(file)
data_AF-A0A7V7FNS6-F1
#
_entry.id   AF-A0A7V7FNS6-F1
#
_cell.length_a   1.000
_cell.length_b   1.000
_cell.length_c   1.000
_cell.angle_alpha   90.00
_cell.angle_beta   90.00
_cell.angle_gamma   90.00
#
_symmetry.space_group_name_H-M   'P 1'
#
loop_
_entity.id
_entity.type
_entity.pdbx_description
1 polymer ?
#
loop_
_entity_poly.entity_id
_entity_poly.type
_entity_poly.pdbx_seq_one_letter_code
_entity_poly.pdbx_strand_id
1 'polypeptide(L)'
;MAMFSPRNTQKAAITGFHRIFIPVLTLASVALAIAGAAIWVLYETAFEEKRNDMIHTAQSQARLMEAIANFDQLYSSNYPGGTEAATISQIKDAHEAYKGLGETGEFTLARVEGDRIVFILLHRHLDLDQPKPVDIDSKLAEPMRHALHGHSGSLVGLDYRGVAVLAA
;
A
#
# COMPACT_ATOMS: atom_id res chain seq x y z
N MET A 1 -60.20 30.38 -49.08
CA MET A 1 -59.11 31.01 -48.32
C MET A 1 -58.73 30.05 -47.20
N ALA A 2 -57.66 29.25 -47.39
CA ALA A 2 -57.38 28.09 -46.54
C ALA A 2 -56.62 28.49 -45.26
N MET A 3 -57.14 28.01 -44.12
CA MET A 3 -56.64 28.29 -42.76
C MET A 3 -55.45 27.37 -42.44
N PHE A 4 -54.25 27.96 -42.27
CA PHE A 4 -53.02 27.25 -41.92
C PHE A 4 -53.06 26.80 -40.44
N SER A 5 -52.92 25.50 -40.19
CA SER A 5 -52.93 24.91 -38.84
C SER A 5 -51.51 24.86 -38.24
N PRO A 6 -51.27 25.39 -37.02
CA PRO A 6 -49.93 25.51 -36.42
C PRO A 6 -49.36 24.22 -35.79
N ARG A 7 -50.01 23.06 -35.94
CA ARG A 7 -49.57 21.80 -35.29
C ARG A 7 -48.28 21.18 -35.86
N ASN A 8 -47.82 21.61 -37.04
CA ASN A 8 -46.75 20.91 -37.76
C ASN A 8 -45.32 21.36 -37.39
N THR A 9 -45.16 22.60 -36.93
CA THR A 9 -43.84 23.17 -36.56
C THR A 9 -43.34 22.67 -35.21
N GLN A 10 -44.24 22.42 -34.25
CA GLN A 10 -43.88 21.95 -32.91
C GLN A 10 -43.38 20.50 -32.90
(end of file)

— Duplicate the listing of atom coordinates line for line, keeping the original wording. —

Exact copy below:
data_AF-A0A7V7FNS6-F1
#
_entry.id   AF-A0A7V7FNS6-F1
#
_cell.length_a   1.000
_cell.length_b   1.000
_cell.length_c   1.000
_cell.angle_alpha   90.00
_cell.angle_beta   90.00
_cell.angle_gamma   90.00
#
_symmetry.space_group_name_H-M   'P 1'
#
loop_
_entity.id
_entity.type
_entity.pdbx_description
1 polymer ?
#
loop_
_entity_poly.entity_id
_entity_poly.type
_entity_poly.pdbx_seq_one_letter_code
_entity_poly.pdbx_strand_id
1 'polypeptide(L)'
;MAMFSPRNTQKAAITGFHRIFIPVLTLASVALAIAGAAIWVLYETAFEEKRNDMIHTAQSQARLMEAIANFDQLYSSNYPGGTEAATISQIKDAHEAYKGLGETGEFTLARVEGDRIVFILLHRHLDLDQPKPVDIDSKLAEPMRHALHGHSGSLVGLDYRGVAVLAA
;
A
#
# COMPACT_ATOMS: atom_id res chain seq x y z
N MET A 1 -60.20 30.38 -49.08
CA MET A 1 -59.11 31.01 -48.32
C MET A 1 -58.73 30.05 -47.20
N ALA A 2 -57.66 29.25 -47.39
CA ALA A 2 -57.38 28.09 -46.54
C ALA A 2 -56.62 28.49 -45.26
N MET A 3 -57.14 28.01 -44.12
CA MET A 3 -56.64 28.29 -42.76
C MET A 3 -55.45 27.37 -42.44
N PHE A 4 -54.25 27.96 -42.27
CA PHE A 4 -53.02 27.25 -41.92
C PHE A 4 -53.06 26.80 -40.44
N SER A 5 -52.92 25.50 -40.19
CA SER A 5 -52.93 24.91 -38.84
C SER A 5 -51.51 24.86 -38.24
N PRO A 6 -51.27 25.39 -37.02
CA PRO A 6 -49.93 25.51 -36.42
C PRO A 6 -49.36 24.22 -35.79
N ARG A 7 -50.01 23.06 -35.94
CA ARG A 7 -49.57 21.80 -35.29
C ARG A 7 -48.28 21.18 -35.86
N ASN A 8 -47.82 21.61 -37.04
CA ASN A 8 -46.75 20.91 -37.76
C ASN A 8 -45.32 21.36 -37.39
N THR A 9 -45.16 22.60 -36.93
CA THR A 9 -43.84 23.17 -36.56
C THR A 9 -43.34 22.67 -35.21
N GLN A 10 -44.24 22.42 -34.25
CA GLN A 10 -43.88 21.95 -32.91
C GLN A 10 -43.38 20.50 -32.90